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ISSN: 2473-3350
Journal of Coastal Zone Management
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Urgent Change in Management Measures Required to Save Turkish Fisheries from Collapse

Aylin Ulman*

University of British Columbia, 2202 Main Mall, Vancouver, V6T 1Z4, Canada

*Corresponding Author:
Ulman A
University of British Columbia
2202 Main Mall, Vancouver, V6T 1Z4, Canada
Tel: +604-822-2731
E-mail: [email protected]

Received Date: May 13, 2014; Accepted Date: June 25, 2014; Published Date: July 03, 2014

Citation: Ulman A (2014) Urgent Change in Management Measures Required to Save Turkish Fisheries from Collapse. J Coast Dev 17:386. doi: 10.4172/1410-5217.1000386

Copyright: © 2014 Ulman A, et al. This is an open-access article distributed under the terms of the Creative Commons Attribution License, which permits unrestricted use, distribution, and reproduction in any medium, provided the original author and source are credited.

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Short Commentary

Since the 1960s, the Black Sea ecosystem has experienced dramatic changes. Most noticeable is the almost complete absence of larger pelagic fish due to overfishing in the 1960s and 1970s. After the removal of these larger pelagic fish and the associated predation pressure, there was a rapid growth in populations of smaller pelagic fish, especially anchovy (Engraulis encrasicolis) and sprat (Sprattus sprattus), which comprised 75% of Turkish Black Sea reported catches in the 2000s.

Although of much less value (only roughly one third of catches are used for human consumption, the rest being sent for fish meal and fish oil processing), anchovy catches sustained purse seine fisheries for some time. But each year, this fishery is worsening and the future looks grave. According to one concerned local scientist, the 2010-2011 fishing season brought catches of 240,000 t of anchovy, the 2011-2012 season only 200,000 t, and the 2012-2013 season only 126,000 t [1]. While there are still some anchovy, there are about 10 times more fishers than before. With local stocks apparently decimated, the Turkish anchovy season has shrunk from 3 months to just 30 days per year over the last decade, and much of Turkish fishing effort and capacity has shifted (uncontrolled) from Turkish waters to Georgian waters, leaving no safe place for regional stocks. Without a system of total allowable catches and quotas, each vessel takes as much fish as they can carry. Sadly, in the 2012-2013 season, over 40% (by weight) of the 60,000 t of anchovy caught in Georgia were undersized (too small even for fish meal and oil processing) and were hence discarded (GFCM 2013). There is incredible wastage occurring, these fish should have been allowed to grow and generate higher catches. In the 2013-2014 fishing season, most industrial commercial vessels returned to port 2 months before the end of the commercial season as there were no fish left to catch. Scientific advice and effective government regulation are urgently needed along the incorporation of local indigenous knowledge from the fishers to secure a future for the fisheries.

While there are national fisheries rules and regulations on the books, they have been utterly ineffective at halting the decline of this stock and the runaway growth of fishing capacity and effort. In recent years, catches are dominated by juvenile fish of the key commercial species, a clear sign of ‘growth overfishing’ [2]. The industrial sector is begging for the introduction of catch limits for each major commercial stock, which they feel is the only way to ensure jobs (and fish) in the future, but so far to no avail.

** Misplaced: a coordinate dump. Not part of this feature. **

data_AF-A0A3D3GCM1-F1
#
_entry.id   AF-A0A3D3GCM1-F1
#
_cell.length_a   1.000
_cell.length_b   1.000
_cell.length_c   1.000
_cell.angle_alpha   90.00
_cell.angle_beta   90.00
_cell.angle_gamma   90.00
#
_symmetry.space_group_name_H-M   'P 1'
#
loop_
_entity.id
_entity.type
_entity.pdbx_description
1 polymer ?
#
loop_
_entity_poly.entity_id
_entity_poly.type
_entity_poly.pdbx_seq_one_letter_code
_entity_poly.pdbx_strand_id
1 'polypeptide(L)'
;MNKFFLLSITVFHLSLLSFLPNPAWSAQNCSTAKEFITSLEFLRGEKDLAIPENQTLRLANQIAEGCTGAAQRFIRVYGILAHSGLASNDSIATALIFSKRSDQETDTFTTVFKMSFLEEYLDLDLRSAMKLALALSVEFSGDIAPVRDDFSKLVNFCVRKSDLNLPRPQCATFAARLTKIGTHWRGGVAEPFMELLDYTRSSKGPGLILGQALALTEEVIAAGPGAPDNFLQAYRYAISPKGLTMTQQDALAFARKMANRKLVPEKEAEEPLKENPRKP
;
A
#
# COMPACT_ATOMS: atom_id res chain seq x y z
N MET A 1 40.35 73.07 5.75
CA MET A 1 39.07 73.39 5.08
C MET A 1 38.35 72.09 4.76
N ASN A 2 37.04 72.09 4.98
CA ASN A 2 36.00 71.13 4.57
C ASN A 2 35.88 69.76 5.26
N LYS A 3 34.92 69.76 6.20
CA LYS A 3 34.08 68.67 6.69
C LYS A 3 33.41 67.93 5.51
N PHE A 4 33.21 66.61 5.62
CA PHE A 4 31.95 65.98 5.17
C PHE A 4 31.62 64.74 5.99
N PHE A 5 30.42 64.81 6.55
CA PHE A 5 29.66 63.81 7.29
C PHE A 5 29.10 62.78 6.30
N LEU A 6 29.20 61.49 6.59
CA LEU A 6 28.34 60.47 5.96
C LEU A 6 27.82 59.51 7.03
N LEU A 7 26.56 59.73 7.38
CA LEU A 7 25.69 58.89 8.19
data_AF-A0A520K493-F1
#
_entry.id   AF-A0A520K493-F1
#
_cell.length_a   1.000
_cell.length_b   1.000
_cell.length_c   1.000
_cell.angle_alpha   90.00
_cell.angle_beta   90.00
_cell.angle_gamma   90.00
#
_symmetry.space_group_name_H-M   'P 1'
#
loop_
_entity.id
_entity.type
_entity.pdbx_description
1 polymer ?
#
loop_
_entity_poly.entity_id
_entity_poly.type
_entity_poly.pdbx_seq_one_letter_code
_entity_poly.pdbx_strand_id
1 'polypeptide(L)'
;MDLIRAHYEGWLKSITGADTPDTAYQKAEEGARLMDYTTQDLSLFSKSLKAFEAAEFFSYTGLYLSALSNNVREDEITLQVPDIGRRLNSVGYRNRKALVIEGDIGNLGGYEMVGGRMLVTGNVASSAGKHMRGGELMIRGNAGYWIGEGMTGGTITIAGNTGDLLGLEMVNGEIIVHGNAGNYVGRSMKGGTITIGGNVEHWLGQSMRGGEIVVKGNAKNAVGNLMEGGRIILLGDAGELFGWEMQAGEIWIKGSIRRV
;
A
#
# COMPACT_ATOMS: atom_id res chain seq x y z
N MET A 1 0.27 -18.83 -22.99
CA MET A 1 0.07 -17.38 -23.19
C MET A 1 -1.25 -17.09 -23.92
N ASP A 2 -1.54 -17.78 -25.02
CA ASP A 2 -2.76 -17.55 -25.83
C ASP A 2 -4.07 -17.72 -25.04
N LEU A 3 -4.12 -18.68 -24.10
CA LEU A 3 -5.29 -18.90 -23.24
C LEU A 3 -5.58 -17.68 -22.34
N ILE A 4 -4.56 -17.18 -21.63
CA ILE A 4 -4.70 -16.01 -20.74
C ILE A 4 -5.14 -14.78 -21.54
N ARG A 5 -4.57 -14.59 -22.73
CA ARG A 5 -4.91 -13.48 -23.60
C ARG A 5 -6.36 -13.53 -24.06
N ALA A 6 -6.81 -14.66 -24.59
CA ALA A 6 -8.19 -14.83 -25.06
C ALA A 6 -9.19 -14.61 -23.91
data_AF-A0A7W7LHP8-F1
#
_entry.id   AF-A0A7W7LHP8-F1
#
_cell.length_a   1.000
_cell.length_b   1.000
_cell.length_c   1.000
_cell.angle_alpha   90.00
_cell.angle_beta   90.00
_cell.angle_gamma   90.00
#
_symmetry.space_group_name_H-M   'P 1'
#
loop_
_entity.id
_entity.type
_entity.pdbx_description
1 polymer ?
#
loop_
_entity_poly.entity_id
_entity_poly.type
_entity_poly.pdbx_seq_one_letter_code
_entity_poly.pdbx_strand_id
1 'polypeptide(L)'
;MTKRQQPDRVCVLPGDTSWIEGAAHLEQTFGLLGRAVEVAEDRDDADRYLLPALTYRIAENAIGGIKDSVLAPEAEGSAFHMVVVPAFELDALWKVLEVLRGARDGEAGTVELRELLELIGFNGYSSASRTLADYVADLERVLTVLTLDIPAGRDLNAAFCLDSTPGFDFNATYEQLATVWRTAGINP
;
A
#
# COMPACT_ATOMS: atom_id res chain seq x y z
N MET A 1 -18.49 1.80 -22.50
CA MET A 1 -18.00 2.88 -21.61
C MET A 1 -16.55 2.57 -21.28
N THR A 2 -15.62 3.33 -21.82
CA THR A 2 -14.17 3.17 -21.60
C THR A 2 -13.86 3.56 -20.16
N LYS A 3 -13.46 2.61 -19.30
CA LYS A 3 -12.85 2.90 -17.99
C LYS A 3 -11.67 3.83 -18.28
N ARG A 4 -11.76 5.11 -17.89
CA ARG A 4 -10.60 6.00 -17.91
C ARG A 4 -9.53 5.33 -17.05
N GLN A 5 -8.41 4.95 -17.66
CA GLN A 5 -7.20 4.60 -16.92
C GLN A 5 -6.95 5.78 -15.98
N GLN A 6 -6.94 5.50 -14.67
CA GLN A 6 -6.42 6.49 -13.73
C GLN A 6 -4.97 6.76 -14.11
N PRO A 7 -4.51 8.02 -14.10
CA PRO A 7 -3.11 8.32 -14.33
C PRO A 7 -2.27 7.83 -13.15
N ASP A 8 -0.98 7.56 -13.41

There is little published on the declining state of Turkey’s fisheries, except some species-specific stories in local newspapers. One sign of overfishing may be reflected in a recent change in dolphin behaviour. Since the late 2000s, dolphins have begun biting through gillnets, eating the fish caught by these nets, and sometimes getting themselves tangled up, drowning in the process. Before one set of fishing nets would endure for approximately 15 years, but now, many small-scale fishers must replace their nets above water as their nets have to be replaced every 3-4 months due to dolphin damage.

Both the large- and small-scale fisheries appear to be on the brink of collapse and require an urgent shift in management, one that fosters the entire ecosystem and its inhabitants. And yes, it will mean cuts in allowable catches, likely substantial. And yes, many fishers may lose their jobs or livelihoods. But it comes down to this, do Turkish fishers and the Turkish society want healthy and sustainable fisheries for future generations, or only short-term (and increasingly negligible) profit now?

Effective management needs to embed this fishery in an ecosystem-based management setting, which requires that fishery managers balance the demands of all resource users. Given Turkey’s massive over-capacity and excessive fishing effort in both industrial and small-scale fisheries, Turkey’s fisheries management and resource policy are at a difficult crossroad: continue to conduct business as usual and further impair and damage an ecosystem already under severe strain from excessive and uncontrolled human impacts, or apply controls on all sectors of fisheries in an attempt to stop the decline and start rebuilding stocks. Only the second path can lead to fisheries that are sustainable and embedded in a well-functioning and productive ecosystem. Only such fisheries can guarantee a future for all.

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